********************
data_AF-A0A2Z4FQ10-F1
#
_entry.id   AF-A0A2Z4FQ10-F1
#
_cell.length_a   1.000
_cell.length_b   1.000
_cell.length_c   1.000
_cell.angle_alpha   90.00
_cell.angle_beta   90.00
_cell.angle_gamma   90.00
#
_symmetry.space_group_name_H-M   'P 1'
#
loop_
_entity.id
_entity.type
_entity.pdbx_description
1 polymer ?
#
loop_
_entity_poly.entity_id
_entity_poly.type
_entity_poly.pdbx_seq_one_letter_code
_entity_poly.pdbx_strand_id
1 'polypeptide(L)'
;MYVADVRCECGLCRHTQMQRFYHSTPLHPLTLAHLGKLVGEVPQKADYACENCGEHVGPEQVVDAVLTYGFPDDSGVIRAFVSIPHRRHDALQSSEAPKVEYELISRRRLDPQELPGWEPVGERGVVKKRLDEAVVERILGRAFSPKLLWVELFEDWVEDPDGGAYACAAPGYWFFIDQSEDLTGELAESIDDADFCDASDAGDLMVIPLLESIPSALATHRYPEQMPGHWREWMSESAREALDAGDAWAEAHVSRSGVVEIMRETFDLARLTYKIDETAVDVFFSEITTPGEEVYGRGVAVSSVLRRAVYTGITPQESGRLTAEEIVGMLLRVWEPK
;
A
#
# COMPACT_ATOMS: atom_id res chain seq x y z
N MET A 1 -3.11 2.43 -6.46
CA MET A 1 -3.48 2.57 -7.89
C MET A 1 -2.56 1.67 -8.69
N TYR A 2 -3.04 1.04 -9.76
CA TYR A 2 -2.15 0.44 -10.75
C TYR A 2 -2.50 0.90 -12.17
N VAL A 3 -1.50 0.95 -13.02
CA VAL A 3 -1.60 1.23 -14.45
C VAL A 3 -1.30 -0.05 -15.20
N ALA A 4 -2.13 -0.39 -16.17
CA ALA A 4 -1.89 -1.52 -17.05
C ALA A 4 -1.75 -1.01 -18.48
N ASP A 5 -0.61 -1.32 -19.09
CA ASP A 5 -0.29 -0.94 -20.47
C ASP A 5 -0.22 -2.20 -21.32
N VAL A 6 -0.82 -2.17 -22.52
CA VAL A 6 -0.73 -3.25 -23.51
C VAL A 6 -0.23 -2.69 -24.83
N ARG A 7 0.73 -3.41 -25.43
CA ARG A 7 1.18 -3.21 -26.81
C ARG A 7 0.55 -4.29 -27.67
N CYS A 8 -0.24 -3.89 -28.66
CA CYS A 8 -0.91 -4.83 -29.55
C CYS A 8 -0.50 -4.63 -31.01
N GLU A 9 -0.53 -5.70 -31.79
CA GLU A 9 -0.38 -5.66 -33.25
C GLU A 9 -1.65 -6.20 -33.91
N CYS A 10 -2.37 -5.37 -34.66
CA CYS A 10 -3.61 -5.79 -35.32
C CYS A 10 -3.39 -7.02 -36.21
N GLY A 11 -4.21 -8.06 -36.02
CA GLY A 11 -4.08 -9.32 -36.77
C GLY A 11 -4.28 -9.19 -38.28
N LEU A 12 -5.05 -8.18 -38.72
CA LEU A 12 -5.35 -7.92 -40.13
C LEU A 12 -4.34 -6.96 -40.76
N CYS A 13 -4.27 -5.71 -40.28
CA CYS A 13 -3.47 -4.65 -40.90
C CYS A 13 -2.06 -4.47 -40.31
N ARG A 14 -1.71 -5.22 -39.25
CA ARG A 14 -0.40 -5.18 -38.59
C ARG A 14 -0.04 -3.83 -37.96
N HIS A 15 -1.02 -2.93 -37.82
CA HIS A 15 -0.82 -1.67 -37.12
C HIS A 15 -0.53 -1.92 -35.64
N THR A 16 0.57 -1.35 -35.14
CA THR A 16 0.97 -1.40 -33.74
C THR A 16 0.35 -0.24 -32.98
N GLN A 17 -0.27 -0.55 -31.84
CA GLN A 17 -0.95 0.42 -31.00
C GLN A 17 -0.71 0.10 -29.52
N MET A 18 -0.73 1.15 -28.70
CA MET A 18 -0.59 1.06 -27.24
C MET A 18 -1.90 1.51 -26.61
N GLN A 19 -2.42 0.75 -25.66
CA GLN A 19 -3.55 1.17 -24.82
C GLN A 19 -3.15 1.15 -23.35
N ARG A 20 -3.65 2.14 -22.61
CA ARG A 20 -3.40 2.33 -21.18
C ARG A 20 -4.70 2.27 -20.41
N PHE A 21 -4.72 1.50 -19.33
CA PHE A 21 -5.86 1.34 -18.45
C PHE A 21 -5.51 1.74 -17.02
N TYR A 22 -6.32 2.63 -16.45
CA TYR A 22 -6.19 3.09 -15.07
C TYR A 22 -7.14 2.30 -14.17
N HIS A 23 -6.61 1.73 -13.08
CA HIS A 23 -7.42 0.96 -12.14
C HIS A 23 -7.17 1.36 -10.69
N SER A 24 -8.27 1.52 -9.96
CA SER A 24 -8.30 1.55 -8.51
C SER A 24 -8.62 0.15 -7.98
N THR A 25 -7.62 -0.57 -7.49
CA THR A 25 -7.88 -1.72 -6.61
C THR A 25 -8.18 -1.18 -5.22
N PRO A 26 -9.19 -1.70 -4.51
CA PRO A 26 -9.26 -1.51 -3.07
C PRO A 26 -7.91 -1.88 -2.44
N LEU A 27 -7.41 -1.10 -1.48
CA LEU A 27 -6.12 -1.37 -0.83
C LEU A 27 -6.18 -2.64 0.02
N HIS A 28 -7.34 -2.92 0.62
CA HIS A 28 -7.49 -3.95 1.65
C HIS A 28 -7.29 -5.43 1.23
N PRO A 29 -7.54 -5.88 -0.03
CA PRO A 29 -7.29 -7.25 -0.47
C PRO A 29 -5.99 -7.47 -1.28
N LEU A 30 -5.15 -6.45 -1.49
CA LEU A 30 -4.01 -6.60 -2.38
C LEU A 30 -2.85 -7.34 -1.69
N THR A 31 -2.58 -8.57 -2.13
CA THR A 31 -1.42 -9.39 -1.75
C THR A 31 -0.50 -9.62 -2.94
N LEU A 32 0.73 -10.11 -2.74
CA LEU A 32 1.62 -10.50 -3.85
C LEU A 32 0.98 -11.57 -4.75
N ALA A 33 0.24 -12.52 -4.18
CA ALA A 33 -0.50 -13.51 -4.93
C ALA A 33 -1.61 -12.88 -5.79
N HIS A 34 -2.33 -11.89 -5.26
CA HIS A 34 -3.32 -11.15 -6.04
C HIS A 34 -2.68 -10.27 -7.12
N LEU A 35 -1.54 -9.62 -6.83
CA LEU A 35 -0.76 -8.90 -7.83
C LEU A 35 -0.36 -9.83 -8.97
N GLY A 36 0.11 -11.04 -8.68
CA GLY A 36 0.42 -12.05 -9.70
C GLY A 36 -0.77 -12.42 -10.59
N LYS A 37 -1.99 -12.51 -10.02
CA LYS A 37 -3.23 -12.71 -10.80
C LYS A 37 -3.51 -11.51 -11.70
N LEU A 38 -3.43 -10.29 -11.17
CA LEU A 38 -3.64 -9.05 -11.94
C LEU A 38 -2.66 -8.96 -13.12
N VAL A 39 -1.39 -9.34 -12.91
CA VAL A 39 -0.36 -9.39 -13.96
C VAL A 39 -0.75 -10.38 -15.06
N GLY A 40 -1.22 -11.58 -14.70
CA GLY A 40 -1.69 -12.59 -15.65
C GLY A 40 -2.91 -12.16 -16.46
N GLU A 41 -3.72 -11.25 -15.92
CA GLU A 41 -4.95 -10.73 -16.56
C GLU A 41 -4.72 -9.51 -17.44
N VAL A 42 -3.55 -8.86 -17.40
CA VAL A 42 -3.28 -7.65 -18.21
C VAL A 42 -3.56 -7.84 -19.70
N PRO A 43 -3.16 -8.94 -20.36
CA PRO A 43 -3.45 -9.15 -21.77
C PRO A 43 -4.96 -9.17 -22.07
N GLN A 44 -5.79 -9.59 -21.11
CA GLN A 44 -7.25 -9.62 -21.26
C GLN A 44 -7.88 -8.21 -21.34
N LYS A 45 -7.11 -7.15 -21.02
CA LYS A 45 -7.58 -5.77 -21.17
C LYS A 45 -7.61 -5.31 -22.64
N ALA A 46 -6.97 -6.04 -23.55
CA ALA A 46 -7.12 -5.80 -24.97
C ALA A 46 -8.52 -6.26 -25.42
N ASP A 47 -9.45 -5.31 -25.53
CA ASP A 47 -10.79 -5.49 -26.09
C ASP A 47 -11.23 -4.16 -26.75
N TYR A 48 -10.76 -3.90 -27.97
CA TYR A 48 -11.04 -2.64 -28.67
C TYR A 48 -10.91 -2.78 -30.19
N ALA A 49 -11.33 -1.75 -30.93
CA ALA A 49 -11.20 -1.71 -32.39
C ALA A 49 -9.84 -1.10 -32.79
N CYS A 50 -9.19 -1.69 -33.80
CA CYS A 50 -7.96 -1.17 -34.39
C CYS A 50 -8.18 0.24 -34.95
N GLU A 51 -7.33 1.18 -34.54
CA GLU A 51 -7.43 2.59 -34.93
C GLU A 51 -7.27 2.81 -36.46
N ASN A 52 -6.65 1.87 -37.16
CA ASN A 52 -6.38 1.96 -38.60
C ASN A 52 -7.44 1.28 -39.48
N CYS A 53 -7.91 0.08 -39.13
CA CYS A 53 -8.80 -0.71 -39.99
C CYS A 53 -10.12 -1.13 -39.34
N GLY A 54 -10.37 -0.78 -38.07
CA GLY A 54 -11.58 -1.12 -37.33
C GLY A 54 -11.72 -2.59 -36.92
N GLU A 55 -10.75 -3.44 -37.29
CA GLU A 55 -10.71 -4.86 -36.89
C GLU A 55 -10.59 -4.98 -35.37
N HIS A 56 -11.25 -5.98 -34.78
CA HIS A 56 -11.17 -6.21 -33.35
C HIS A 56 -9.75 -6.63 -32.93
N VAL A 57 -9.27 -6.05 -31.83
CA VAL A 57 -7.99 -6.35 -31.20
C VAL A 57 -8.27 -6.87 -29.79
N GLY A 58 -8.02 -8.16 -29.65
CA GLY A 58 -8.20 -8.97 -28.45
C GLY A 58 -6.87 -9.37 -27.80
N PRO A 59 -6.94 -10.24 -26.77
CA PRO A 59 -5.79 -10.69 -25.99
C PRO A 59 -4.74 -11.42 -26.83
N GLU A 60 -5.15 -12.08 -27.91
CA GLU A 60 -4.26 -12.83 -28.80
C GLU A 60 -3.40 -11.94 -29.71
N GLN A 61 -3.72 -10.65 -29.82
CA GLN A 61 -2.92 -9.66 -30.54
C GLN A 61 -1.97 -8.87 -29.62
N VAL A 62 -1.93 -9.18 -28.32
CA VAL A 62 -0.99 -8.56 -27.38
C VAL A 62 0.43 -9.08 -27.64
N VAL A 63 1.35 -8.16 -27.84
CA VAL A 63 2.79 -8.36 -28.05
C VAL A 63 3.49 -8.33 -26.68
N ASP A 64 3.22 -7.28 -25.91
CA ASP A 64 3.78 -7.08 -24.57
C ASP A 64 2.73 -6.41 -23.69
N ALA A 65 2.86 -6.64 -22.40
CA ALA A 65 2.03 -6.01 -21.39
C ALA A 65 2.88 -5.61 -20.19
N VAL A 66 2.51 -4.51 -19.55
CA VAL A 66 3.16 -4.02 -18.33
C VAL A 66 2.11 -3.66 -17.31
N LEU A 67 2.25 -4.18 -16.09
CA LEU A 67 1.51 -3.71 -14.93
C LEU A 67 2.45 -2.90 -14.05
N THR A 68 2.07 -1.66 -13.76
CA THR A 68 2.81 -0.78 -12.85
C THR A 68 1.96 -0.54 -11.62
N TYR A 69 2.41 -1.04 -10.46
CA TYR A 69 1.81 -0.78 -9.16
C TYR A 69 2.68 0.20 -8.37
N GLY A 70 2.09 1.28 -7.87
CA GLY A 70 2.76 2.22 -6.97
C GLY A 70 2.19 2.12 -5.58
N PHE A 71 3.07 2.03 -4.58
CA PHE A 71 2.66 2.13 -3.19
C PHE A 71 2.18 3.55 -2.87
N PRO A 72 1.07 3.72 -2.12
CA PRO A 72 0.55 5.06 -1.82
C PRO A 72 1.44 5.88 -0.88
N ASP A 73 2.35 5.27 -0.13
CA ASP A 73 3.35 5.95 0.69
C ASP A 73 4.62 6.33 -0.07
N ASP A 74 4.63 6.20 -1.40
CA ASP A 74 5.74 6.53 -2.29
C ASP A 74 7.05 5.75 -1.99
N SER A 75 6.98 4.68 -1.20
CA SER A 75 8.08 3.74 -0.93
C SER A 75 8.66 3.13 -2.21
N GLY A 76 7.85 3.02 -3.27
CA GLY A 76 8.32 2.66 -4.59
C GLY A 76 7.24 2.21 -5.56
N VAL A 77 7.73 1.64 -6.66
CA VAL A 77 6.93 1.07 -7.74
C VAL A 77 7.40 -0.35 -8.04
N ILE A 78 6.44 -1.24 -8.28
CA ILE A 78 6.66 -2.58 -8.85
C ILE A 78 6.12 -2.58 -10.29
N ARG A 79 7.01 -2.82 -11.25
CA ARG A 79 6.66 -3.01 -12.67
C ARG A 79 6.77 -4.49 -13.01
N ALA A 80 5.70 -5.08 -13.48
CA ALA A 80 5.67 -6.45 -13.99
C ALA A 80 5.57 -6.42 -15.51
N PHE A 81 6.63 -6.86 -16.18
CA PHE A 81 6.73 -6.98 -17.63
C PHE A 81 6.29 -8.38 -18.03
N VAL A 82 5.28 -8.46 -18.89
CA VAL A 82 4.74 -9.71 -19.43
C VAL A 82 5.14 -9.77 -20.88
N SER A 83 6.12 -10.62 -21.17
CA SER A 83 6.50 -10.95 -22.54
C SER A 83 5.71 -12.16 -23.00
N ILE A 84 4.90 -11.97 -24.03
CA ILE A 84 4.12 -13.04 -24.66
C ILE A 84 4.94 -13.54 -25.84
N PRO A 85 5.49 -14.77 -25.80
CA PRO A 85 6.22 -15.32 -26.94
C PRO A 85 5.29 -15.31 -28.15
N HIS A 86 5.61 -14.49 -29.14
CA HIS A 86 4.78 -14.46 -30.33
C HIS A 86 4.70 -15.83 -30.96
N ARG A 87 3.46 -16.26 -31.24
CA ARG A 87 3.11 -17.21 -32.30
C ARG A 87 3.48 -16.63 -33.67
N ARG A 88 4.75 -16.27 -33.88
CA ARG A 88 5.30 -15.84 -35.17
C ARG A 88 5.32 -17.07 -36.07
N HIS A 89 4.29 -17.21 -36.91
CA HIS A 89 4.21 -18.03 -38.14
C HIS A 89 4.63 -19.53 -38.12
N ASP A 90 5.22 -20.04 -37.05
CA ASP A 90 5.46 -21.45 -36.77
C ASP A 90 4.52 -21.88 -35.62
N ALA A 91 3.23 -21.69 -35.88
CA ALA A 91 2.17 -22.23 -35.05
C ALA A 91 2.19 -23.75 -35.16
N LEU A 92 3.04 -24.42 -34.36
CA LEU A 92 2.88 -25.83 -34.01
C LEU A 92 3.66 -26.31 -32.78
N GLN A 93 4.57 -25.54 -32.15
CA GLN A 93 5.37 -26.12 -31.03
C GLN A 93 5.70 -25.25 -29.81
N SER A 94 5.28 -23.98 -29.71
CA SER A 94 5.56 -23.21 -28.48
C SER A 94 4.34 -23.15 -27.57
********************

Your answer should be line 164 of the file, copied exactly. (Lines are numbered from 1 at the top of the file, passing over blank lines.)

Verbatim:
CA LYS A 45 -7.58 -5.77 -21.17